4.3 Cycle periods

The period of a sunspot cycle is defined as the elapsed time from the minimum preceding its maximum to the minimum following its maximum. This does not, of course, account for the fact that each cycle actually starts well before its preceding minimum and continues long after its following minimum. By this definition, a cycle’s period is dependent upon the behavior of both the preceding and following cycles. The measured period of a cycle is also subject to the uncertainties in determining the dates of minimum as indicated in the previous subsections. Nonetheless, the length of a sunspot cycle is a key characteristic and variations in cycle periods have been well studied. The average cycle period can be fairly accurately determined by simply subtracting the date for the minimum preceding cycle 1 from the date for the minimum preceding cycle 23 and dividing by the 22 cycles those dates encompass. This gives an average period for cycles 1 to 22 of 131.7 months – almost exactly 11 years.

The distribution of cycle periods depends upon the cycles used and the methods used to determine minima. Eddy (1977) noted that the cycle periods did not appear to be distributed normally. Wilson (1987) included cycle 8 to 20 and used the dates for minimum from the 13-month mean of the monthly sunspot numbers and found that a bimodal distribution best fit the data with short period (122 month) cycles and long period (140 month) cycles separated by a gap (the Wilson Gap) surrounding the mean cycle length of 132.8 months. However, Hathaway et al. (2002Jump To The Next Citation Point) used minima dates from the 24-month Gaussian smoothing of the International Sunspot number for cycles 1 to 23 and of the Group Sunspot Numbers for cycles –4 to 23 and found distributions that were consistent with a normal distributions about a mean of 131 months with a standard deviation of 14 months and no evidence of a gap. These cycle periods and their distributions are shown in Figure 22View Image.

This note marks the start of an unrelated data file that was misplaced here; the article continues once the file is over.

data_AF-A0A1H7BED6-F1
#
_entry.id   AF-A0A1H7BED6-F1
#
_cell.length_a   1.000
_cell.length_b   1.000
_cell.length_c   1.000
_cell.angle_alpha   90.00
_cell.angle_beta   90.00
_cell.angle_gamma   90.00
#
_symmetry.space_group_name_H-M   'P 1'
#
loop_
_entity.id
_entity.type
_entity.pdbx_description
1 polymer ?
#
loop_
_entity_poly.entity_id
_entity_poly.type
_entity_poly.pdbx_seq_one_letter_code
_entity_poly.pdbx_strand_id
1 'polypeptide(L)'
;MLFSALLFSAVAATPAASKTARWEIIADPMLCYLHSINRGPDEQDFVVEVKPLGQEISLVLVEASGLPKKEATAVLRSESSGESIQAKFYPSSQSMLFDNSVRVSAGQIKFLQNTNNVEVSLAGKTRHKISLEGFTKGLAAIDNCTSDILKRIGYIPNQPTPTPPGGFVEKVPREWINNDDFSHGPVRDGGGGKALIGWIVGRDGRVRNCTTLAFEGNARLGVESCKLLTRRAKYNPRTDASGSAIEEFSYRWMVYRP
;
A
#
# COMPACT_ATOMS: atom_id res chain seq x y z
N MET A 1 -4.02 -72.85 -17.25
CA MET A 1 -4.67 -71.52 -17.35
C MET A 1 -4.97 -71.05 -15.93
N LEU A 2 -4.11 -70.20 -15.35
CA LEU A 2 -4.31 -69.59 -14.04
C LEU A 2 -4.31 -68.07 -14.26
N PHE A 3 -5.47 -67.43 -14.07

View Image

Figure 22: The left panel shows cycle periods as functions of Cycle Number. Filled circles give periods determined from minima in the 13-month mean while open circles give periods determined from the 24-month Gaussian smoothing. Both measurements give a mean period of about 131 months with a standard deviation of about 14 months. The “Wilson Gap” in periods between 125 and 134 months from the 13-month mean is shown with the dashed lines. The right panel shows histograms of cycle periods centered on the mean period with bin widths of one standard deviation. The solid lines show the distribution from the 13-month mean while the dashed lines show the distribution for the 24-month Gaussian. The periods appear normally distributed and the “Wilson Gap” is well populated with the 24-month Gaussian smoothed data.

  Go to previous page Go up Go to next page